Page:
With valuations at the higher end of the historical range, especially in mid- and small caps, investors should observe caution and stick to companies where valuations are not irrational and are backed by historical earnings rather than investing in companies where everything is dependent on future growth expectations.

Also Read: Use corrections to add quality stocks, follow a stock-specific approach, says Jaideep Hansraj of Kotak Securities

While the US Fed indicates 'patience' with rate cuts, do you foresee any policy easing from the RBI soon?

While domestic factors are conducive for a rate cut, considering the fact that US rate cuts are getting postponed due to the factors mentioned above, it is unlikely that the RBI will be in any rush to cut rates as it has to maintain a gap between US and Indian bond yields to avoid a flight of capital. 

In the RBI’s Feb’24 policy minutes, the case for a longer pause is more entrenched with new notes around risk from aggressive market front-running, with Monetary Policy Committee (MPC) thinking that any policy accommodation with 7% growth could become inflationary. While the other notes for pause mentioned in the policy announcement, viz., incomplete transmission, risks from food inflation, geo-politics, and the challenging last mile, are re-emphasised.

Also Read: Indian stock market sentiment upbeat but investors need to be cautious, says Divam Sharma of Green Portfolio, PMS

How do you expect the year's FII and DII inflows to unfold? Could you list some factors that may influence them?

Systematic investment plan (SIP) inflows in the domestic market have remained strong as investors have made good returns from equity markets over the last 4 years. Over the last 2 years, multiple times it was highlighted by some market participants, including FIIs, that Indian markets are overheated and correction is imminent, but meaningful correction never happened, and markets bounced back strongly post small correction phases, and hence retail investors’s convictions on equity as an asset class have improved drastically post-COVID. 

DII flows are therefore likely to remain resilient going forward as well. While India is one of the few countries where growth visibility is very strong due to the pick in manufacturing, uncertainty over US rate cuts, rising bond yields, and tighter liquidity conditions are likely to keep FII flows volatile in the near term.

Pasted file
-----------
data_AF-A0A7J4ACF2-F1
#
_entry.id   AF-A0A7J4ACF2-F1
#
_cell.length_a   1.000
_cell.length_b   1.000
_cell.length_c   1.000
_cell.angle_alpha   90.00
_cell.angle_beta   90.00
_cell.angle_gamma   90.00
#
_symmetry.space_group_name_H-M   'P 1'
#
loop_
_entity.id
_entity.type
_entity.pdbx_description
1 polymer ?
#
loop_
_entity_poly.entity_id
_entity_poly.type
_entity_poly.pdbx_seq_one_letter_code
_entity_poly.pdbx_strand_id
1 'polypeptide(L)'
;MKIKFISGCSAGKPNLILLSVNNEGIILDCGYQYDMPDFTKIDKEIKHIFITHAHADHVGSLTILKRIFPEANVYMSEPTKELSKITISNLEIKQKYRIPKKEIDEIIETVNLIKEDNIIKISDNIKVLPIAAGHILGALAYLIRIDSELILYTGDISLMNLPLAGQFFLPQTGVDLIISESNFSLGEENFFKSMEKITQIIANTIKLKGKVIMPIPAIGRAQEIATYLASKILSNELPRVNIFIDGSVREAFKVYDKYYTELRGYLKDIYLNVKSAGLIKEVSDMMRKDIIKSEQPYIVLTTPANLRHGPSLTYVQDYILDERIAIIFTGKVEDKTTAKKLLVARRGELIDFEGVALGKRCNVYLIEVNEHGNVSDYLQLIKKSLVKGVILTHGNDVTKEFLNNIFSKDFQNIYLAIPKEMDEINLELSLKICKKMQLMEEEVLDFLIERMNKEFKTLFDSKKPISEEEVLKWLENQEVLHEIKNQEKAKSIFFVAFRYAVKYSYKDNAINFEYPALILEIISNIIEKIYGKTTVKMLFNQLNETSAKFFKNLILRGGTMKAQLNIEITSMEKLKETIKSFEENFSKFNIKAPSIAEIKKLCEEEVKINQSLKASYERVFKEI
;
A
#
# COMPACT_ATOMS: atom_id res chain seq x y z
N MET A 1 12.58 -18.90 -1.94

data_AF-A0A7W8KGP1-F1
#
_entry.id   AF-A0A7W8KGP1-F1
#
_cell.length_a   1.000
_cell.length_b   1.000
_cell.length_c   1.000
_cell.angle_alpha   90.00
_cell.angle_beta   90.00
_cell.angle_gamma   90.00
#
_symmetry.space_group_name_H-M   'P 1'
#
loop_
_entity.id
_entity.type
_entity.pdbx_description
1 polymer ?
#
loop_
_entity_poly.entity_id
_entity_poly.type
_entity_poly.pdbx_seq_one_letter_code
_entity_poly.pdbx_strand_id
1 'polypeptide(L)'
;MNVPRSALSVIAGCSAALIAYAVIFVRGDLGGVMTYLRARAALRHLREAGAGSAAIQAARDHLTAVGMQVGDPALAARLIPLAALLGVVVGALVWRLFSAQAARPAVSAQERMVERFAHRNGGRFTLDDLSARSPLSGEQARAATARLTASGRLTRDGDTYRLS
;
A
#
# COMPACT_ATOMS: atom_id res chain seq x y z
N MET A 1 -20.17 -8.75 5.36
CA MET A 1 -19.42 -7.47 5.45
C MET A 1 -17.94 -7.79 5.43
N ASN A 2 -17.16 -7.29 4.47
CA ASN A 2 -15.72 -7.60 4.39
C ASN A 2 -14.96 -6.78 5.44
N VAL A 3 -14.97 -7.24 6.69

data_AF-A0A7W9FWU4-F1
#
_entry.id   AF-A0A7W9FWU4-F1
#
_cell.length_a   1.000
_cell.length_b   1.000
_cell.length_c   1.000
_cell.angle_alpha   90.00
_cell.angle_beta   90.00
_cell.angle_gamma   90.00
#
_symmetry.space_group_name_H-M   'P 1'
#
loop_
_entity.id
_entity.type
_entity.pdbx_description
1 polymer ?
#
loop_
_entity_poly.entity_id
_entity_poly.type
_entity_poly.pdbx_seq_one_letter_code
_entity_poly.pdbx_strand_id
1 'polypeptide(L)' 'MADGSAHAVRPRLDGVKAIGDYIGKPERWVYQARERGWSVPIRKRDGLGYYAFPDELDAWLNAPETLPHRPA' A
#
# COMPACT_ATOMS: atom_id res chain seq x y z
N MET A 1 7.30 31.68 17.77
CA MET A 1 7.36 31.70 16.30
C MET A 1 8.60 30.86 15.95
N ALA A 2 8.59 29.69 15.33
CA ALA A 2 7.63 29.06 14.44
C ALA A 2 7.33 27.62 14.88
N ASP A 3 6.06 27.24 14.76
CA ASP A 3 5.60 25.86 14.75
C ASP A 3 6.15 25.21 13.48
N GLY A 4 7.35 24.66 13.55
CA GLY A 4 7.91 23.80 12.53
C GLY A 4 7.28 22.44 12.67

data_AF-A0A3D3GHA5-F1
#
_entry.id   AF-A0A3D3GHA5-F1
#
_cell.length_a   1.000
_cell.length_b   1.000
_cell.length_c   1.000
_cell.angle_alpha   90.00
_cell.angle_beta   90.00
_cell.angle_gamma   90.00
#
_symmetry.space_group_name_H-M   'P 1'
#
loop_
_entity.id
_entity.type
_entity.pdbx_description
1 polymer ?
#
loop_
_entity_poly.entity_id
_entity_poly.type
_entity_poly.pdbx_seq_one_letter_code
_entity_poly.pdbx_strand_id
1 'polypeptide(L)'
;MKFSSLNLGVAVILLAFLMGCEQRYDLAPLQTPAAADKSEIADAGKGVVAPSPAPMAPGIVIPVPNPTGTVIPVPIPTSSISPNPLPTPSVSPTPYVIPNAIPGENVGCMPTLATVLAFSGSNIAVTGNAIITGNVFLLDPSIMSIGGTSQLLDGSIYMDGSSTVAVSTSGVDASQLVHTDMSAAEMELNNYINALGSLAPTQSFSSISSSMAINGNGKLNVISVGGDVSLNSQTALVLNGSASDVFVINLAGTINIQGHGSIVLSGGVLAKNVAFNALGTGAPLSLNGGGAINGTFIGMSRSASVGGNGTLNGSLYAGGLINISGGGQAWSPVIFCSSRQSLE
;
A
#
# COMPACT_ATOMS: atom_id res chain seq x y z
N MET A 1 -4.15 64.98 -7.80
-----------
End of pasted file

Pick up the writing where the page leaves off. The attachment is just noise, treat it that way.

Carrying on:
What would be your asset allocation strategy in light of the numerous events scheduled for this year on both the domestic and global fronts?

Considering the current valuation of the market, especially of mid- and small-cap stocks, many of which are trading at more than 2 standard deviations from the historical mean, we would suggest to keep higher allocation of capital to large caps in 2024. Balance advantage funds will be a better proposition for retail investors as it can cut the risks associated with pure equity investments.

How do you think the IPO market has performed so far in 2024? Do you expect more IPOs to hit the primary market going forward? If yes, how will that impact the liquidity in the secondary market?

IPO market activity remained healthy last month as well, despite earlier expectations of softness ahead of general elections as results of state elections has provided comfort to investors that the NDA government will come back to power and hence continue existing policies. Considering the volatility in the market right now and the elections around, we expect some moderation in IPO activity over the next few months, especially from large companies. However, it will again pick up in the second half of 2024.

Also Read: Why Chris Wood sees 7% real GDP growth and 12-15% earnings growth going forward; lists 3 achievements of PM Modi

Disclaimer: The views and recommendations above are those of individual analysts, experts and broking companies, not of Mint. We advise investors to check with certified experts before making any investment decision.

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Published: 26 Feb 2024, 01:29 PM IST